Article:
Tulsa Jail’s Expensive Mental Health Pod Stays Full

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Arrested after leading Tulsa police on a high-speed chase in 2016, when family members say he was suffering from paranoid delusions, Jeff Welton has been incarcerated for nearly 18 months while waiting for the courts to decide whether he’s mentally competent to stand trial. His mental condition seems to have deteriorated further while he has been in the county jail’s new mental health pod, his mother tells the Tulsa World. “If they can’t deal with psyche-patient issues in jail, they should not put them in jail,” she said bitterly. “That’s basically the crux of the problem.”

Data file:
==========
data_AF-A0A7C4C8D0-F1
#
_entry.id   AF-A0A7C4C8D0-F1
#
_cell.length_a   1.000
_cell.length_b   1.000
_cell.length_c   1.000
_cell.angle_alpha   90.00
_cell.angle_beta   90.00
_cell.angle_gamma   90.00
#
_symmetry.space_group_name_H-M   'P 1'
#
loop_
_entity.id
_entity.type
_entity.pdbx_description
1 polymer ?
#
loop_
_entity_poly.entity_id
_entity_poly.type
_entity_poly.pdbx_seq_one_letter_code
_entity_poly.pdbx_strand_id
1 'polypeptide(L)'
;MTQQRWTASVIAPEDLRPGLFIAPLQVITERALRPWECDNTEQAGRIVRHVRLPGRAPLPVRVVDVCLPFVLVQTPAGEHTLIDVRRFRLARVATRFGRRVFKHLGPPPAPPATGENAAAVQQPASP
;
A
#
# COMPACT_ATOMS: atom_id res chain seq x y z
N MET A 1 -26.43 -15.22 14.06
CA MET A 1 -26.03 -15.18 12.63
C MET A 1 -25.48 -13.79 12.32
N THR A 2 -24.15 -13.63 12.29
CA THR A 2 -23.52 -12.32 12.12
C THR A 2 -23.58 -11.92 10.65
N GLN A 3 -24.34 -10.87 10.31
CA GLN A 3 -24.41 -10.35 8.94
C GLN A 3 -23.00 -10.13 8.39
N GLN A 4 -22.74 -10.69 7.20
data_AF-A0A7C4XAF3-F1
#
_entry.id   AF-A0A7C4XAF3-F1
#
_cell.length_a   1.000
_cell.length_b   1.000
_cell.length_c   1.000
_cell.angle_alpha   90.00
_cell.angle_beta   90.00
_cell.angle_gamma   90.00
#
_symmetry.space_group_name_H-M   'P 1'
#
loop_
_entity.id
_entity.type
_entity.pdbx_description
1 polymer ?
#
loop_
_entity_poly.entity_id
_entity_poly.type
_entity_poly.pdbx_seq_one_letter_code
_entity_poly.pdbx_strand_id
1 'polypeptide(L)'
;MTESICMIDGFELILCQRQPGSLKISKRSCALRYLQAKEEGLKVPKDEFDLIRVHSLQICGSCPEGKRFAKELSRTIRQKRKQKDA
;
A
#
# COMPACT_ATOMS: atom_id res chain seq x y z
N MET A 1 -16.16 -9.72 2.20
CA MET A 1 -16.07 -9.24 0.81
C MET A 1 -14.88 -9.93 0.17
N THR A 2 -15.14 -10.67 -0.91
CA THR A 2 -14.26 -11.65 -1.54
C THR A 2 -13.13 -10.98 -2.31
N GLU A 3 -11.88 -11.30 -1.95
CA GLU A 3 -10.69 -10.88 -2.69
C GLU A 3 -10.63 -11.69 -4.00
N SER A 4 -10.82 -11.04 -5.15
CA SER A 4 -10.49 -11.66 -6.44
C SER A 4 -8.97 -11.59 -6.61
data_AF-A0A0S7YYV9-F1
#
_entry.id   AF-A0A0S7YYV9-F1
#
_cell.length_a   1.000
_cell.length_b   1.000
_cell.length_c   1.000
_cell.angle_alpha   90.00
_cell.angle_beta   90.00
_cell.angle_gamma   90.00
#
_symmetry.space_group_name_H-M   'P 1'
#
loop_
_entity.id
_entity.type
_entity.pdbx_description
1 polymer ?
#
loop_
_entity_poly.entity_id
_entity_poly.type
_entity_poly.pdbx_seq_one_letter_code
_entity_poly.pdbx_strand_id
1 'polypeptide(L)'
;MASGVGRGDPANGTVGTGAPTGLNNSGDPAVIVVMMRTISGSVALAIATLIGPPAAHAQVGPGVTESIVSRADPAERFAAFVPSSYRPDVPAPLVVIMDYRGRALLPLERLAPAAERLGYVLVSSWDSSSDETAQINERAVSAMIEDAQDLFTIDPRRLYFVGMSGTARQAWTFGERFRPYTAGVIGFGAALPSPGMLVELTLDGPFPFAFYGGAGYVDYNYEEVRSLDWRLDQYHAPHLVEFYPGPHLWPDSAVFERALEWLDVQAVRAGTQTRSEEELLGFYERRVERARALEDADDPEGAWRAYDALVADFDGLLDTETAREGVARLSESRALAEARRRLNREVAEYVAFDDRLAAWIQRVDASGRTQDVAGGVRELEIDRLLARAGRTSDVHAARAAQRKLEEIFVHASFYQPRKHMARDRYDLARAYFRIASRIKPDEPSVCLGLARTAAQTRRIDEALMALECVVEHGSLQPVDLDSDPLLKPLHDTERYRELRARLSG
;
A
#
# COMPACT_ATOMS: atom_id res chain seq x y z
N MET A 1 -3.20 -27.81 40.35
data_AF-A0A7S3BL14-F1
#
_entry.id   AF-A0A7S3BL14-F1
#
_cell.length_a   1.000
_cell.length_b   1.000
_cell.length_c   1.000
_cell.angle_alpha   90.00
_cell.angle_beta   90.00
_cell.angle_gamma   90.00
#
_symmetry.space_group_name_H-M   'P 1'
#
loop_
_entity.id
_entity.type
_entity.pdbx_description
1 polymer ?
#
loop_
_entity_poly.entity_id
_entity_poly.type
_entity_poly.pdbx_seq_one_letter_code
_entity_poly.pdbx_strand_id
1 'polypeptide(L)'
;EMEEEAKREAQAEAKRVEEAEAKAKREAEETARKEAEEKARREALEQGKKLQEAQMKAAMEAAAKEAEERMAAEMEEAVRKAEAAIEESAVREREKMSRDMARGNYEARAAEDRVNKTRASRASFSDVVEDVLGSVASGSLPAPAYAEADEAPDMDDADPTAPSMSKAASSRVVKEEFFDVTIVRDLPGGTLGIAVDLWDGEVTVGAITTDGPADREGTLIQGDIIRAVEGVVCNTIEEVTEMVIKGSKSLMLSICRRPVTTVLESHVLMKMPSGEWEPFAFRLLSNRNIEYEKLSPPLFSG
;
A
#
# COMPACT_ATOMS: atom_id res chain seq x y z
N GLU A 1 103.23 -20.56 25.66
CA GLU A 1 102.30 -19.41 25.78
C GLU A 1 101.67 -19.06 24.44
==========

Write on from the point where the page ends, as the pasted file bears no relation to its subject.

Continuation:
Jail officials seem to agree, at least to some extent. The Tulsa Jail doesn’t get to choose its inmates. Administrator David Park has to take whoever law enforcement officers bring in. Tulsa County’s mental health pod is a multimillion-dollar attempt to “make the best of it,” Park said. The pod opened last April after voters approved a 15-year extension of a sales tax increase to fund a $15 million expansion of the jail, part of which is dedicated entirely to housing inmates with diagnosed mental illnesses. The area houses 106 inmates in four levels of security. It stays consistently full. The pod has a psychiatrist and psychologist on staff, along with clinicians who can dispense medications. “But we’re not a mental health hospital,” Park said. “We’re a jail. We’re doing our best to give people the treatment they need, but we’re still a jail, and we can’t change that.”

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